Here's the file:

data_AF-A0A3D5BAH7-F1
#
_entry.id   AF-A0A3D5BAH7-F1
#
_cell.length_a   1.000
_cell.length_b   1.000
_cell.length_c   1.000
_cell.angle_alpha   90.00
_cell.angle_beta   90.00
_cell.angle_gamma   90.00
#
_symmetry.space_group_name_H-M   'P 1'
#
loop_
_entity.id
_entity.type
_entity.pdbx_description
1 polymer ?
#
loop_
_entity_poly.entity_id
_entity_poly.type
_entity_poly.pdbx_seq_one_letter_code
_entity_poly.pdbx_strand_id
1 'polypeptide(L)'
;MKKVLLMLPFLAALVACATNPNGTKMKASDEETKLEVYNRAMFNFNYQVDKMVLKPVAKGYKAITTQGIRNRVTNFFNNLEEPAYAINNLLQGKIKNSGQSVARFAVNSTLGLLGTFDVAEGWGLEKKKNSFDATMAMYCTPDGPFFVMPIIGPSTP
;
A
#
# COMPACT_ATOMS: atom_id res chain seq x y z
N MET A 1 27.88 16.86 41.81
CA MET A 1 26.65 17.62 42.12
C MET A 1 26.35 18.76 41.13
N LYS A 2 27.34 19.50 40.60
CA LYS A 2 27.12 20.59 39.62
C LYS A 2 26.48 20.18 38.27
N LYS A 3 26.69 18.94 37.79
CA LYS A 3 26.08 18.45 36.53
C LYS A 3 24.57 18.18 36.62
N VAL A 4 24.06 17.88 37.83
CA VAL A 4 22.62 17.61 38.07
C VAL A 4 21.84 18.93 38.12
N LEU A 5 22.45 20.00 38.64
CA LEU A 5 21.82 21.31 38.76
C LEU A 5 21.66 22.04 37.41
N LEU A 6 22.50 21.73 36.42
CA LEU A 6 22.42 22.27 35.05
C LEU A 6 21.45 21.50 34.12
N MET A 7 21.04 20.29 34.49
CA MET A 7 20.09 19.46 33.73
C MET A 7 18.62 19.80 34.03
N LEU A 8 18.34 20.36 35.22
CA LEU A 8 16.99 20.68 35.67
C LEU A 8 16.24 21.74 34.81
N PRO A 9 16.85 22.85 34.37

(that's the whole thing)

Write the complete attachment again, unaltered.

data_AF-A0A3D5BAH7-F1
#
_entry.id   AF-A0A3D5BAH7-F1
#
_cell.length_a   1.000
_cell.length_b   1.000
_cell.length_c   1.000
_cell.angle_alpha   90.00
_cell.angle_beta   90.00
_cell.angle_gamma   90.00
#
_symmetry.space_group_name_H-M   'P 1'
#
loop_
_entity.id
_entity.type
_entity.pdbx_description
1 polymer ?
#
loop_
_entity_poly.entity_id
_entity_poly.type
_entity_poly.pdbx_seq_one_letter_code
_entity_poly.pdbx_strand_id
1 'polypeptide(L)'
;MKKVLLMLPFLAALVACATNPNGTKMKASDEETKLEVYNRAMFNFNYQVDKMVLKPVAKGYKAITTQGIRNRVTNFFNNLEEPAYAINNLLQGKIKNSGQSVARFAVNSTLGLLGTFDVAEGWGLEKKKNSFDATMAMYCTPDGPFFVMPIIGPSTP
;
A
#
# COMPACT_ATOMS: atom_id res chain seq x y z
N MET A 1 27.88 16.86 41.81
CA MET A 1 26.65 17.62 42.12
C MET A 1 26.35 18.76 41.13
N LYS A 2 27.34 19.50 40.60
CA LYS A 2 27.12 20.59 39.62
C LYS A 2 26.48 20.18 38.27
N LYS A 3 26.69 18.94 37.79
CA LYS A 3 26.08 18.45 36.53
C LYS A 3 24.57 18.18 36.62
N VAL A 4 24.06 17.88 37.83
CA VAL A 4 22.62 17.61 38.07
C VAL A 4 21.84 18.93 38.12
N LEU A 5 22.45 20.00 38.64
CA LEU A 5 21.82 21.31 38.76
C LEU A 5 21.66 22.04 37.41
N LEU A 6 22.50 21.73 36.42
CA LEU A 6 22.42 22.27 35.05
C LEU A 6 21.45 21.50 34.12
N MET A 7 21.04 20.29 34.49
CA MET A 7 20.09 19.46 33.73
C MET A 7 18.62 19.80 34.03
N LEU A 8 18.34 20.36 35.22
CA LEU A 8 16.99 20.68 35.67
C LEU A 8 16.24 21.74 34.81
N PRO A 9 16.85 22.85 34.37